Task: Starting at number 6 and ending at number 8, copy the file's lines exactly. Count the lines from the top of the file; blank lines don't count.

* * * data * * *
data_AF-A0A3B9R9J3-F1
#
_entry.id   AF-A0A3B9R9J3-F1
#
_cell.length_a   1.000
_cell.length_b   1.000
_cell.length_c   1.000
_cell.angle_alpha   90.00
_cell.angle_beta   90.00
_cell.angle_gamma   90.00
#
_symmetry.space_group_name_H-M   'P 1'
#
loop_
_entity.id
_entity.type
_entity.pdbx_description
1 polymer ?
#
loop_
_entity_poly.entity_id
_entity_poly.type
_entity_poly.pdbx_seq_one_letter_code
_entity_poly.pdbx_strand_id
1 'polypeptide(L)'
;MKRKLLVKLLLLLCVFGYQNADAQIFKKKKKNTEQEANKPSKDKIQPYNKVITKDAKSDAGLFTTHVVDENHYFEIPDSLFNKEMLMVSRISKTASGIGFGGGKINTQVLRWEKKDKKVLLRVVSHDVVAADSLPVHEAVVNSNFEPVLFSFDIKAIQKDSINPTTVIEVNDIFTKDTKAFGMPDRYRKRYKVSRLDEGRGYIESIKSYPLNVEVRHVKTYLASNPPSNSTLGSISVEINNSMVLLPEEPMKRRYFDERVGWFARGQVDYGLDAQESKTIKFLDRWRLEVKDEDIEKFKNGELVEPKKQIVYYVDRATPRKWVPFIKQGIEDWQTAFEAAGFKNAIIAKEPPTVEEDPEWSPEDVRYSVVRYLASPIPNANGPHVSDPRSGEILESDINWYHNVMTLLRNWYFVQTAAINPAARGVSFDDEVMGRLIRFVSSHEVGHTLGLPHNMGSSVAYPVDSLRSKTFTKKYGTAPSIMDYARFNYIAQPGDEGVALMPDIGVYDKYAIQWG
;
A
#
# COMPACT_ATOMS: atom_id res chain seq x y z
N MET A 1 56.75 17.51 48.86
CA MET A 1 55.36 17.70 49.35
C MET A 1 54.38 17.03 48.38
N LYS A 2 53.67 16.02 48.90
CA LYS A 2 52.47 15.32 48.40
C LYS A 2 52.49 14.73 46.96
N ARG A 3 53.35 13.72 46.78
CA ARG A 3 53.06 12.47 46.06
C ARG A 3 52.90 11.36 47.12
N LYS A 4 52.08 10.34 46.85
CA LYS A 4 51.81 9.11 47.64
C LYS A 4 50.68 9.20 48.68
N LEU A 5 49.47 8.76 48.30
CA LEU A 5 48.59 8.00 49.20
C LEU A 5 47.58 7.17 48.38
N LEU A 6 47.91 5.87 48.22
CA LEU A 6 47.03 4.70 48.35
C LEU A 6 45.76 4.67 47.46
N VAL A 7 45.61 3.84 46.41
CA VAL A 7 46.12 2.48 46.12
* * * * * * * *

_cell.length_b   1.000
_cell.length_c   1.000
_cell.angle_alpha   90.00